“War! What is it good for? Absolutely nothing.” These are the words of Barrett Strong in opposition to the Vietnam War. Musicians protested American involvement in that conflict through protest songs akin to this one. Music has long been used to express feelings about life and politics. Protest music rallies people to a cause with a battle cry and gives a voice to the broken, the beaten and the damned. People from all backgrounds and causes have made their voices heard through the powerful messages behind their music. Here are some famous examples of American protest music through the decades.
Willy and the Poorboys, “Fortunate Son” (1969)
It ain't me, it ain't me, I ain't no senator's son, son
It ain't me, it ain't me; I ain't no fortunate one, no.
On March 8, 1965, 3,500 United States Marines came ashore at Da Nang as the first wave of U.S. combat troops into South Vietnam. Anti-war protests broke out across the country and artists made their voices heard. “Fortunate Son” makes directs reference to the drafting of young men and raised the point that no “fortunate sons” were being sent to war, often due to their wealth or government connections.
Michael Jackson, “We Are The World” (1985)
We are the world. We are the children. We are the ones who make a brighter day, so let’s start giving.
Oh, I’m sorry, do I need to elaborate? Michael Jackson and Lionel Richie wrote “We Are the World” to raise money to support several African nations as they endured a famine. The charity single sold over 20 million copies. The song’s message resonates even today.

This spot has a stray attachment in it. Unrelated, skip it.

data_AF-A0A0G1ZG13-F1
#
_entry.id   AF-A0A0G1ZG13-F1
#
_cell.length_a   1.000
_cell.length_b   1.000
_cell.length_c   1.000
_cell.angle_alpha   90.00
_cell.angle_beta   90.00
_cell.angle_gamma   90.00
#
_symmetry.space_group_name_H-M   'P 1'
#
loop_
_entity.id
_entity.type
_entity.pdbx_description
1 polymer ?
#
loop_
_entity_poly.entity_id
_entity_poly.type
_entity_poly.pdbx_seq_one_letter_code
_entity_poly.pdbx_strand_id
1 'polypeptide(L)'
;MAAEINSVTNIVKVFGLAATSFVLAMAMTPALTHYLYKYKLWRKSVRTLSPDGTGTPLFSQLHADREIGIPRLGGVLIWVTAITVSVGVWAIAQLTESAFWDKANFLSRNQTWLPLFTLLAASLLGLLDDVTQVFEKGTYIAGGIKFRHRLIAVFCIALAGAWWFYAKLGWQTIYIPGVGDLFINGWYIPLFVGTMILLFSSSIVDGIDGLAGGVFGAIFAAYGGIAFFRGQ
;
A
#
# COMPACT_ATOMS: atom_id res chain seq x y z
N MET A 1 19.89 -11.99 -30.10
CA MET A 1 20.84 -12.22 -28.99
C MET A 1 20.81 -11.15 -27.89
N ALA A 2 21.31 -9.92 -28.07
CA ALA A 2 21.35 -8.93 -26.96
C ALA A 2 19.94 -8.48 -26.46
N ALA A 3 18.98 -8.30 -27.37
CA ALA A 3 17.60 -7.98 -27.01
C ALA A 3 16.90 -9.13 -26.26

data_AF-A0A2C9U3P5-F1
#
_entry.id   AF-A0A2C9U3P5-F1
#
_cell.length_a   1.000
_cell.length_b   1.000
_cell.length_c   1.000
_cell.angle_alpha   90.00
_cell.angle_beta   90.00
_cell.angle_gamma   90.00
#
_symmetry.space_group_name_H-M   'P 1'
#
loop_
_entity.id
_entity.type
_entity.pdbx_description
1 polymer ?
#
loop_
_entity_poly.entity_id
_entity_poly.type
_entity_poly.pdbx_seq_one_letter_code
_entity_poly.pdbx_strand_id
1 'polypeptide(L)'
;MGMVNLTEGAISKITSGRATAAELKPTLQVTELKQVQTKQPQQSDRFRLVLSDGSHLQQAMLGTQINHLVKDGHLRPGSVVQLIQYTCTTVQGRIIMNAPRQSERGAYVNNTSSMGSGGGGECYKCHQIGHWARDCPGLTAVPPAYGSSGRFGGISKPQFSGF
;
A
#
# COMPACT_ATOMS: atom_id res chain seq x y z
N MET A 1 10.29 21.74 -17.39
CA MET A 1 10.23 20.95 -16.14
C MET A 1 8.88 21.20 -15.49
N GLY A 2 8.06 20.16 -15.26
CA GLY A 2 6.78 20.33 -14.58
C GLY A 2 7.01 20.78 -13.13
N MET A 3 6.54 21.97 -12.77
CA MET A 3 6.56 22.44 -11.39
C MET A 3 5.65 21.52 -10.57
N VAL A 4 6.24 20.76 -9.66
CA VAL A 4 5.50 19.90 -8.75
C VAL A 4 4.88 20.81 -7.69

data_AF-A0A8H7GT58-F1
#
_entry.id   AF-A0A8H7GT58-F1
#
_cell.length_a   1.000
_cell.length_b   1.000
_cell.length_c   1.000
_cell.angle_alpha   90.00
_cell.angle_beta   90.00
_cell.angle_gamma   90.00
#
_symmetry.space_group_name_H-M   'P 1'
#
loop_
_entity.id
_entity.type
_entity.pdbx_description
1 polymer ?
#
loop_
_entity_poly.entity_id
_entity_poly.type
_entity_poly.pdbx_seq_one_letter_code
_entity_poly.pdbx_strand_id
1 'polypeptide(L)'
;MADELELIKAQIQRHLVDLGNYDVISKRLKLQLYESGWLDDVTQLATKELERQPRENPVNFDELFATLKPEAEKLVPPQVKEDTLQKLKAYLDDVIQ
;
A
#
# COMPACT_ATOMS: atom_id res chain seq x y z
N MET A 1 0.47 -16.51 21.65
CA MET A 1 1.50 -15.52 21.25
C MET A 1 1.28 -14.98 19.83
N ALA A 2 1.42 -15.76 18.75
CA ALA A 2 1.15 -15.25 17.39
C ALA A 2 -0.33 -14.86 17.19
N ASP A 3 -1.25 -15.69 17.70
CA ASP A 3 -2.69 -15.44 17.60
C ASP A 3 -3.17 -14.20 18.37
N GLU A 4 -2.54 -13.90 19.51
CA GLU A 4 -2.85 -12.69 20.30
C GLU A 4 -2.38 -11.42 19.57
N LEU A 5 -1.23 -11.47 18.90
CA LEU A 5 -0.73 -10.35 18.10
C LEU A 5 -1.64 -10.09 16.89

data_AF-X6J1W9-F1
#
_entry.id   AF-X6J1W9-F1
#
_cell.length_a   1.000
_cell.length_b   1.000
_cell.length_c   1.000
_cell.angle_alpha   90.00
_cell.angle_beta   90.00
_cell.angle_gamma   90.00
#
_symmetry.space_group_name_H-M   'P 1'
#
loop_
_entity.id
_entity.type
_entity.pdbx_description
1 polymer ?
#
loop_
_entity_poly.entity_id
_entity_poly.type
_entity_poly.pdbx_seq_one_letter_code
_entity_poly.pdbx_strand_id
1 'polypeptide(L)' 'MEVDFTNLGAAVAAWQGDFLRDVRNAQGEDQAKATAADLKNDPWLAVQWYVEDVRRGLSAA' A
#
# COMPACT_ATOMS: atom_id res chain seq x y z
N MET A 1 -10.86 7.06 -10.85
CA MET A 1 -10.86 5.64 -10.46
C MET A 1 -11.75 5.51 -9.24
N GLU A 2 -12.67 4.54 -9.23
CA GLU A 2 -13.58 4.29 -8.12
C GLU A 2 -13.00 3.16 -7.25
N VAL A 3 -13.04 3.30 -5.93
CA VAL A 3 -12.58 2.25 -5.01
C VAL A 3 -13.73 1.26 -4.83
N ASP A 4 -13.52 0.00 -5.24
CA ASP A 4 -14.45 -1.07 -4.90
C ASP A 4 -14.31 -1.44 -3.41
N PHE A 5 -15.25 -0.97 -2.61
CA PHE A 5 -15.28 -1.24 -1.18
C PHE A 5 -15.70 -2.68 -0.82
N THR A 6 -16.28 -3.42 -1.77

Green Day, “Holiday” (2004)
Sieg heil to the president gasman! Bombs away is your punishment!
While much of Green Day’s discography qualifies as protest music, their message was most clear on their album American Idiot (2004). Specifically, the song “Holiday,” shines a rage-filled light upon the Bush administration set to some killer bass. The song pays special attention to Bush with the lyrics. There are references to Bush’s war-mongering approach towards governance and his family's connections to petroleum companies, implying the war was being fought for monetary gain. The Bush administration is arguably characterized by its militaristic approach to foreign affairs, most notably in its fixation on possible nuclear arms in Iraq. “Bombs away is your punishment” can be interpreted as another reference to the brutality and fear-mongering of his administration.
Music is the ultimate form of self-expression. Using their music, artists can reach out to people worldwide. Protest music does just that in an attempt to raise awareness for causes ranging all over the ideological spectrum. In a time of growing tensions, we must look back upon the great artists who used their voice to empower millions. A legendary man once wrote a song about that very thing. A song that shines a light on -isms, -ists, him, her, us, them, everyone. A song that gives the world a simple instruction. Give Peace A Chance- John Lennon.